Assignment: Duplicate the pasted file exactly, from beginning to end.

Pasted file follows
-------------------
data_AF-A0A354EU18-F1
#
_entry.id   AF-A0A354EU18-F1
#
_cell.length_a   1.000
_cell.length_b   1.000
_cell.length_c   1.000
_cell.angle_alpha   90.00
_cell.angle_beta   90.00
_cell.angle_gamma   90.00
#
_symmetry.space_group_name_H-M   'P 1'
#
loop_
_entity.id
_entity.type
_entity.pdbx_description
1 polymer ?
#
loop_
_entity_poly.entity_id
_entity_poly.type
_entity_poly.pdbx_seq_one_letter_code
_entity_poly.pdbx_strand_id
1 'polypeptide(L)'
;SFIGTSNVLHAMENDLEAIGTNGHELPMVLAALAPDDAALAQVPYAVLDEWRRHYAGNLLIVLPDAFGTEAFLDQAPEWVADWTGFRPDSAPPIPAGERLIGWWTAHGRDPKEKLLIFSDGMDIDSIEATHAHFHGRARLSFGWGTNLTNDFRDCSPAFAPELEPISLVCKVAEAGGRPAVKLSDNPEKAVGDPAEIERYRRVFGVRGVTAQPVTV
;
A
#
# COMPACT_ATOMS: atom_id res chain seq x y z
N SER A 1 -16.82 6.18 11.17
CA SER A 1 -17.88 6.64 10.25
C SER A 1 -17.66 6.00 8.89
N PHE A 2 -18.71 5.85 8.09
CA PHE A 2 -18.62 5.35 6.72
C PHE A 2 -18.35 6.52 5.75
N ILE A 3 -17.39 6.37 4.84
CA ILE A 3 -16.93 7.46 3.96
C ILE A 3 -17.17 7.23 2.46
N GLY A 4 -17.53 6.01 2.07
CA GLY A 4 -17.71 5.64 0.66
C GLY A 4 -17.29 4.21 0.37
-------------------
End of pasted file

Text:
data_AF-A0A354EU18-F1
#
_entry.id   AF-A0A354EU18-F1
#
_cell.length_a   1.000
_cell.length_b   1.000
_cell.length_c   1.000
_cell.angle_alpha   90.00
_cell.angle_beta   90.00
_cell.angle_gamma   90.00
#
_symmetry.space_group_name_H-M   'P 1'
#
loop_
_entity.id
_entity.type
_entity.pdbx_description
1 polymer ?
#
loop_
_entity_poly.entity_id
_entity_poly.type
_entity_poly.pdbx_seq_one_letter_code
_entity_poly.pdbx_strand_id
1 'polypeptide(L)'
;SFIGTSNVLHAMENDLEAIGTNGHELPMVLAALAPDDAALAQVPYAVLDEWRRHYAGNLLIVLPDAFGTEAFLDQAPEWVADWTGFRPDSAPPIPAGERLIGWWTAHGRDPKEKLLIFSDGMDIDSIEATHAHFHGRARLSFGWGTNLTNDFRDCSPAFAPELEPISLVCKVAEAGGRPAVKLSDNPEKAVGDPAEIERYRRVFGVRGVTAQPVTV
;
A
#
# COMPACT_ATOMS: atom_id res chain seq x y z
N SER A 1 -16.82 6.18 11.17
CA SER A 1 -17.88 6.64 10.25
C SER A 1 -17.66 6.00 8.89
N PHE A 2 -18.71 5.85 8.09
CA PHE A 2 -18.62 5.35 6.72
C PHE A 2 -18.35 6.52 5.75
N ILE A 3 -17.39 6.37 4.84
CA ILE A 3 -16.93 7.46 3.96
C ILE A 3 -17.17 7.23 2.46
N GLY A 4 -17.53 6.01 2.07
CA GLY A 4 -17.71 5.64 0.66
C GLY A 4 -17.29 4.21 0.37